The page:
Saturday, January 9, 2010

Review: Linie Aquavit

To say the least, Linie Aquavit is an interesting spirit, bearing little similarity to any of the commonly encountered classes of liquors. Hailing from Norway, it's distilled from potatoes, and flavored with caraway and other herbs and spices. It's then placed into sherry casks, which are carried inside of a ship on a journey that crosses the equator (the "linie" in Linie Aquavit) two times. Indeed, the inside of the label gives the dates of each bottle's journey. This process supposedly imparts the spirit with unique flavors as it rocks inside the cask and is exposed to the sea breeze and frequent temperature changes. It all reeks of a marketing gimmick, but at least it's a creative one with some tradition behind it.

But what's it like? Well, it pours out with a light yellow-brown color, revealing its time spent in sherry casks. Its aroma is fairly subtle, but with definite notes of anise, caraway, spearmint, and quite a bit of alcohol. A bit reminiscent of an herbal vodka. On the palate, however, the flavor is considerably richer, with the sherry aging imparting a nice smoothness and a bit of sweetness. The caraway is the dominant flavor - Linie is definitely more akin to rye bread than rye whiskey, and this caraway gives the spirit quite a bit of bite. Anise is also mutely present, and a mintiness shines through, making the spirit nicely refreshing, albeit a tad medicinal. The finish comes with a bit of bitterness, but not in an unpleasant way. In all, it's not too complex, but fairly enjoyable.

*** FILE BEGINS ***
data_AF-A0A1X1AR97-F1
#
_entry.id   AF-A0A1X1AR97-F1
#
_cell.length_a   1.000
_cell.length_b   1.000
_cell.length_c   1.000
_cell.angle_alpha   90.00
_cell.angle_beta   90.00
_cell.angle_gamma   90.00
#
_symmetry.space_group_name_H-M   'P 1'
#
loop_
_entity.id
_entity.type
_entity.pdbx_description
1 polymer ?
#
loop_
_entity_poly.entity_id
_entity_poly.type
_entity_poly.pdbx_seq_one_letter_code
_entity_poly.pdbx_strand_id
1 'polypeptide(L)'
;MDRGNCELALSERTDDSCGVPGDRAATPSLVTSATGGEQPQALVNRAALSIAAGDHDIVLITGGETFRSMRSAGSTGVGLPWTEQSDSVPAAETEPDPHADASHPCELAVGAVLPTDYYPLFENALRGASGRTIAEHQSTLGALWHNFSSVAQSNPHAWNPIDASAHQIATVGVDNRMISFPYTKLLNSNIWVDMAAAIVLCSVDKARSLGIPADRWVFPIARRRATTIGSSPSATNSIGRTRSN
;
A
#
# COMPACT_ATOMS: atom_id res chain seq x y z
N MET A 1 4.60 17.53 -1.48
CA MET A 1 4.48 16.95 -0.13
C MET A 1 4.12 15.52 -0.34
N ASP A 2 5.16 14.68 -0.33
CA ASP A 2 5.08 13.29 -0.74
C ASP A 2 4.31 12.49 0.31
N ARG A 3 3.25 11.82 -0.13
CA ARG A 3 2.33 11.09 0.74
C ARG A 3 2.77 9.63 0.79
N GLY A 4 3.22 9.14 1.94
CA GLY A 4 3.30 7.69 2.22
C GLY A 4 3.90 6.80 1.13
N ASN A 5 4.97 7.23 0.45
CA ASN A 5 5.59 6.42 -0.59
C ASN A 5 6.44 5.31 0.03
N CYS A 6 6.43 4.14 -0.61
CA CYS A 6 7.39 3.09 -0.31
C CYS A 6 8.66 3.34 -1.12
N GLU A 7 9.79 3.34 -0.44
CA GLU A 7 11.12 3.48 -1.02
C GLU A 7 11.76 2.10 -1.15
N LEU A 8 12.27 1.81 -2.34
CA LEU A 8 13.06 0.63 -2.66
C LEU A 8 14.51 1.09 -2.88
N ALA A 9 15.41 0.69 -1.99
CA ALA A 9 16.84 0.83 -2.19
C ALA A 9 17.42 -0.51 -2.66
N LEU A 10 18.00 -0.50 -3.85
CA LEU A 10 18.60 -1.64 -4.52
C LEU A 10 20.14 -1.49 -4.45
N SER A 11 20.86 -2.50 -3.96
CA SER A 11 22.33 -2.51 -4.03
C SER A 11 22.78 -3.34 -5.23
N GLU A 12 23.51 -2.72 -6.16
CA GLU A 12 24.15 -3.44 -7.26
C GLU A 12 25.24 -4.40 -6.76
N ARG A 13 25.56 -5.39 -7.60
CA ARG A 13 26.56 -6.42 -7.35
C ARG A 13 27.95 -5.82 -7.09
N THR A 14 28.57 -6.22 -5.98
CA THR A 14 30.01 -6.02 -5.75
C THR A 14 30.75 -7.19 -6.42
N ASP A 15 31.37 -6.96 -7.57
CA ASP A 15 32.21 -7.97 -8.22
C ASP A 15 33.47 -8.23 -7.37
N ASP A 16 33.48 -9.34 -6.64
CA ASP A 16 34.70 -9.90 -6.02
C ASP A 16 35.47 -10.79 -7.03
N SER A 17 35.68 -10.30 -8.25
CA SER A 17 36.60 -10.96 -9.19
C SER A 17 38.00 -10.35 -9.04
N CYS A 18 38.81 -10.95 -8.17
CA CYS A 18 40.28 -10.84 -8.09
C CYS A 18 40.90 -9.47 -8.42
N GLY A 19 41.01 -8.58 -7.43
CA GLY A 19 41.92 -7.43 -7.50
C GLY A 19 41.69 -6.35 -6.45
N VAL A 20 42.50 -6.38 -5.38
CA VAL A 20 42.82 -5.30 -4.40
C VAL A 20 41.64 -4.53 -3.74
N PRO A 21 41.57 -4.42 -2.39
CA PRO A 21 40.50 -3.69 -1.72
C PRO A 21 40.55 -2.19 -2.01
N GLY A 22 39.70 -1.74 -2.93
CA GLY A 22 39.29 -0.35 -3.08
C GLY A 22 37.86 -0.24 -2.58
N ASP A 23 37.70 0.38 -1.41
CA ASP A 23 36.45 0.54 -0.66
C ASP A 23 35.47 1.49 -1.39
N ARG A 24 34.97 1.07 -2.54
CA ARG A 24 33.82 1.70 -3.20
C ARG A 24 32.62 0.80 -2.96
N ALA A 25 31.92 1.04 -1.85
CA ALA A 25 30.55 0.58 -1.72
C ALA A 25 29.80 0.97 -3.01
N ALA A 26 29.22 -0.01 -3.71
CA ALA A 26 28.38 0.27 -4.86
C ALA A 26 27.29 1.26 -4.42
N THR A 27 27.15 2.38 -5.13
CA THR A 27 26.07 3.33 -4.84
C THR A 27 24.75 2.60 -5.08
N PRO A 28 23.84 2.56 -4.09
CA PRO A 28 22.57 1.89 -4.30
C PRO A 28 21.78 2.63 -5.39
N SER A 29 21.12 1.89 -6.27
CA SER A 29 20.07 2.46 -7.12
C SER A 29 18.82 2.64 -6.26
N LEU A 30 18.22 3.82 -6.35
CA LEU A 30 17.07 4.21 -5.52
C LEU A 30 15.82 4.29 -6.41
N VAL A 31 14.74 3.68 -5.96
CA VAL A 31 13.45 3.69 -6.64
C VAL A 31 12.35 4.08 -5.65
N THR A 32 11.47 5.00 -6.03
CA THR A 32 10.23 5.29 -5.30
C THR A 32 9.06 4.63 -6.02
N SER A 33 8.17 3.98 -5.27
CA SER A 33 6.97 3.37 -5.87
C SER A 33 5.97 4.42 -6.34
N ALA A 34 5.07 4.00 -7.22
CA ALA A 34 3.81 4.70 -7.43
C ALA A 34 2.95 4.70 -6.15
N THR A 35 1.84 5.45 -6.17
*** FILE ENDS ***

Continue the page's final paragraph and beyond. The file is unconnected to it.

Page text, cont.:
Linie is an interesting spirit, but in all honesty, I'm a bit at a loss for what to do with it. It's quite refreshing, especially when chilled, but it's not something that I feel like having very often. And I'm not really sure what sort of cocktails you can mix with it (but I'm completely open to suggestions). Maybe it would go well with some corned beef, swiss cheese, and thousand island dressing...

If you're looking for something unique, this could fit the bill, but unless if you're a caraway junkie, I don't think it's a must-have.

Price: ~$28

Value: 15/20
Overall Quality: 14/20

1 comment:

  1. Aquavit

    A classic Scandanavian tradition, a chilled sip of aquavit is thought to aid in the digestion of rich holiday foods while also warming the blood. Aquavit is distilled from either grain or potatoes, depending on where it's made, and it's always flavored with a variety of botanicals—caraway and dill are common. Its savory flavors mean that it pairs well with food—it's one of the few spirits that does so. Fatty foods and those with robust, rich flavors are among the best pairings with aquavit—think pickled herring, salmon, rye bread, and rich cheeses. Consider serving aquavit alongside appetizer plates or mid-course nibbles.
    Although the U.S. market doesn't import a lot of aquavit, some strong brands are represented here: Linie and Aalborg should be pretty easy to find. On the domestic front, you'll find Krogstad from Portland, Oregon, and North Shore, from Chicagoland

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